Americans shouldn’t worry about the safety of their food during the coronavirus outbreak. They should watch the FDA website’s FAQ section for up-to-the-minute information, according to agency officials who spoke today.

Offering more generalities than specifics, three top administrators spoke to “stakeholders” during a half-hour session this afternoon “to discuss food safety and food supply questions related to Coronavirus Disease 2019 (COVID-19).” The moderator stressed that the conference call was not a media briefing and none of the questions from the audience were from news organizations.

Other topics discussed included postponing some food safety inspections and working with other departments on shortages of hand sanitizers and other supplies.  

Two of the speakers specifically said there has been no evidence to date that the virus is foodborne or transmitted by food packaging. However, the Centers for Disease Control and Prevention has previously reported that COVID-19 can live on cardboard for hours and on hard surfaces such as stainless steel and plastic for up to three days.

“This is not a foodborne gastrointestinal virus,” said Frank Yiannas, Deputy Commissioner, Office of Food Policy and Response.

The deputy commissioner stressed that person-to-person transmission is the main route for the virus. He also said people can contract coronavirus by touching frequently touched surfaces and then touching their faces.

The top food safety administrator at the FDA, Yiannas, also repeatedly said there is no shortage of food in the United States and that the farm-to-fork supply system is working around the clock to stock grocery stores. Yiannas said he is on the White House team that is watching for supply chain issues.

Yiannas did not say everything is completely under control in the food industry or in government.

“There is more we can do and more we will do together,” Yiannas said.

Susan Mayne,
Director of CFSAN
Center for Food Safety and Applied Nutrition
Repeating several of the points Yiannas mentioned, CFSAN Director Mayne stressed there is no evidence that the coronavirus is foodborne, which is unlike norovirus and other gastrointestinal foodborne illnesses. She also repeated that person-to-person contact is the most likely and most frequent mode of transmission for COVID-19, which is airborne.

However, Mayne also stressed that the virus can survive on hard surfaces for long periods of time. Therefore, she said it is critical for foodservice operators to make sure their employees are properly and frequently cleaning and sanitizing surfaces and other things and also following proper handwashing and glove use. 

A shortage of hand sanitizer has Mayne and part of the CFSAN team working with FDA staff on resolving that problem, the director said.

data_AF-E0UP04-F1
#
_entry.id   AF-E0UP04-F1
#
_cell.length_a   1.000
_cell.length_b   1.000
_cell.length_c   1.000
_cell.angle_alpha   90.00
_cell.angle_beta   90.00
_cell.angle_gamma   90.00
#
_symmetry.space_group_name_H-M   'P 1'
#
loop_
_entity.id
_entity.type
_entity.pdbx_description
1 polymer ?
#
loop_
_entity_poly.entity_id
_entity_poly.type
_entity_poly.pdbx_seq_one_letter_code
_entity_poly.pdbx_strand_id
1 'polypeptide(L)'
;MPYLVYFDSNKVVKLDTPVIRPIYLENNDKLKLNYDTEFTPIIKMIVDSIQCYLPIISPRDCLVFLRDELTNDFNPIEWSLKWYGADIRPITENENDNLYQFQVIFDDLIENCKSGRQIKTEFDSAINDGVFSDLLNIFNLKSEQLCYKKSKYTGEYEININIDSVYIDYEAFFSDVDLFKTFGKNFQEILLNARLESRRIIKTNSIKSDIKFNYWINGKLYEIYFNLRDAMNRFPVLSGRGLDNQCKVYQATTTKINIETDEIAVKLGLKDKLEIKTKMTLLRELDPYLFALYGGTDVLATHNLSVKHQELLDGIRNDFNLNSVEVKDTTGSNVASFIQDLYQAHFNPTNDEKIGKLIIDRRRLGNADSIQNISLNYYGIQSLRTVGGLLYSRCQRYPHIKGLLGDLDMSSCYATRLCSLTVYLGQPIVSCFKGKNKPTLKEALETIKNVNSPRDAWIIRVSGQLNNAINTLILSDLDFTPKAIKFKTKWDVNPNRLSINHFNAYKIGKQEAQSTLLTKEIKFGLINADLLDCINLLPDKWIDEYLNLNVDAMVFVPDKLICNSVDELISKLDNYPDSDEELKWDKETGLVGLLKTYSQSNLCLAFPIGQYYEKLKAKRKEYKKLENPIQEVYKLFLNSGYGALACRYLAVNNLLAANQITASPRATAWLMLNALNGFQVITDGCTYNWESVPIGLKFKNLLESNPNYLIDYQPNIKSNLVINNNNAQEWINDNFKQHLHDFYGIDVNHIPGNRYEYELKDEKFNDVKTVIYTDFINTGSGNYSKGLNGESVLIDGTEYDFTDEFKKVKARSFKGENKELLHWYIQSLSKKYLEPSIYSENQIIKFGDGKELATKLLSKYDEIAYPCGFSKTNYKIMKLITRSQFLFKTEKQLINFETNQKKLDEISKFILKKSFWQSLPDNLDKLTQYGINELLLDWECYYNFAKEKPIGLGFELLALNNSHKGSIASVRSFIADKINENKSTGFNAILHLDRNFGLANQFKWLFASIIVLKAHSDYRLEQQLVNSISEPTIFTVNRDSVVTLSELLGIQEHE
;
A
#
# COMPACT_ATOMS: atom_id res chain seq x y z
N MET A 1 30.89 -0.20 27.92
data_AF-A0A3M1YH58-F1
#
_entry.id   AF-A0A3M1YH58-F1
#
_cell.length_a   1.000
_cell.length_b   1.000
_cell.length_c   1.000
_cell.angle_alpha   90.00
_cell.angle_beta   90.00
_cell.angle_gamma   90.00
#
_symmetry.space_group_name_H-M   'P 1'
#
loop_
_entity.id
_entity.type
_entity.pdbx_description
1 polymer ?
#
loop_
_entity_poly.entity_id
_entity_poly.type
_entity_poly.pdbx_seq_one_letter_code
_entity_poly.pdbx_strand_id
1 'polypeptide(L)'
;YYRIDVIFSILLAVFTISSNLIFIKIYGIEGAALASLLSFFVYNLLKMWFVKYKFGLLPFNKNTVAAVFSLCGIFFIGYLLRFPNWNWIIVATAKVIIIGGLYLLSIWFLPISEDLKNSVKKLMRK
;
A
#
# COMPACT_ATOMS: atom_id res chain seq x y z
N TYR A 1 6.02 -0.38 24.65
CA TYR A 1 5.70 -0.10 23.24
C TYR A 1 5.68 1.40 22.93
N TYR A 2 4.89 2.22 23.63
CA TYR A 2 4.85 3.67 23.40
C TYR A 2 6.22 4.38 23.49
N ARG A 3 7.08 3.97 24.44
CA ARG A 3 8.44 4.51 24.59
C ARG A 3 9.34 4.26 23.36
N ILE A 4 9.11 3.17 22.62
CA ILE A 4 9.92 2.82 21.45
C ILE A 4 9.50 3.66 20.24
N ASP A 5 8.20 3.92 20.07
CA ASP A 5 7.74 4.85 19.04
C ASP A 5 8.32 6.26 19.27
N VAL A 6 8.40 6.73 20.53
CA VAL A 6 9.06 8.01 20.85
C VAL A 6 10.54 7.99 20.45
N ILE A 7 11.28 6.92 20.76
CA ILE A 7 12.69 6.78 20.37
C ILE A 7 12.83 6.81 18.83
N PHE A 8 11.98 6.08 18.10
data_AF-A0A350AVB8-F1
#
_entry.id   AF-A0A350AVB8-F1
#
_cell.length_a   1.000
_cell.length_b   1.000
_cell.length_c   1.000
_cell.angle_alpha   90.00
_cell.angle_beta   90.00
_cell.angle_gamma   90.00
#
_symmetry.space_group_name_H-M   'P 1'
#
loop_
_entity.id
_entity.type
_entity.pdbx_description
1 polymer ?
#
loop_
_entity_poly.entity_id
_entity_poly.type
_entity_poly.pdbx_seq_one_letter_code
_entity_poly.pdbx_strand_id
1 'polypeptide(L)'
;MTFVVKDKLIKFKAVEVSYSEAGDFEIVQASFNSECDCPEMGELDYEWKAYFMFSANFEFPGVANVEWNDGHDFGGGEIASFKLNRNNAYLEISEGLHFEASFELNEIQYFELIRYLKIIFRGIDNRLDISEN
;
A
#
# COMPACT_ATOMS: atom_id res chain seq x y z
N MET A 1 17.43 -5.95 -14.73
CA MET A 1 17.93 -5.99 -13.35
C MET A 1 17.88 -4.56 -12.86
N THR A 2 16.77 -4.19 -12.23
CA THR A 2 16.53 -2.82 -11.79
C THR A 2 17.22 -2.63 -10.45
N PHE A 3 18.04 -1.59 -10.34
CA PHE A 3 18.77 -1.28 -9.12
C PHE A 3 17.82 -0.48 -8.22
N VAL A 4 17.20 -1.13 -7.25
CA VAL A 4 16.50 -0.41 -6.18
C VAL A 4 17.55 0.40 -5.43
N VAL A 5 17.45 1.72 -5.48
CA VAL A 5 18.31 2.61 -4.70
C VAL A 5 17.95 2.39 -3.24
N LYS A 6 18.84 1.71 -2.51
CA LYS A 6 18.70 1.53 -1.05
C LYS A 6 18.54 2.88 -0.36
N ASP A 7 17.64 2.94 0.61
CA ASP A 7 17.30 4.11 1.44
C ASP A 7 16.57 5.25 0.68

They are also working on a shortage of thermometers. Mayne addressed the thermometer issue in response to a question from a call participant. The caller said some localities are requiring restaurants to check their employees’ temperatures at the beginning of their shifts. But, public health officials don’t know how to get more thermometers.

Mayne said the businesses should continue to work with local and state public health officials. She also encouraged all callers to watch the FAQ section of the FDA website. Supply line questions should be directed to the Federal Emergency Management Agency (FEMA), she said.

Businesses should also follow all state and local food safety regulations, which local and state authorities should be enforcing.

She again stressed that the most up-to-date information on virtually all of the FDA’s work on the coronavirus and related matters is on the agency’s FAQ page.

Michael Rogers
FDA Assistant Commissioner for Human and Animal Food Operations
Office of Regulatory Affairs
One area of the supply chain that is being closely watched is how different jurisdictional travel restrictions are impacting the movement of food, according to Assistant Commissioner Rogers.

Other links in the supply chain that are impacted by changes related to the virus outbreak include food safety inspections.

All routine domestic inspections that are not mission-critical will be postponed until further notice. Such inspections are generally done every 3 to 5 years, depending on several factors involved with each food company. The FDA is also postponing most foreign facility inspections at this time, partly because of travel restrictions.

Rogers said “mission-critical” situations include but are not limited to Class 1 recalls; foodborne illness outbreaks; and a specific link to the coronavirus.

A condition of mission-critical inspections, Rogers said, is the safety of inspection personnel. If their safety cannot be guaranteed the inspection will not be conducted. He did not say what action might be taken in lieu of inspections in such situations.

Recalls and regular business
Industry callers today had some operational questions for the FDA panel, most of which CFSAN’s Mayne answered.

One food producer asked if there would be mandatory product holds if an employee at a food facility tested positive for the virus. Mayne said no such product holds are in place. She also said that there will not be mandatory recalls if a food worker tests positive.

A food manufacturer asked whether the entire food industry could expect to continue with business as usual under the government designation as a “critical sector.”

Mayne said the food industry is absolutely considered a critical sector under Homeland Security laws.

Editor’s note: The conference call was recorded and, according to the FDA, will be posted online.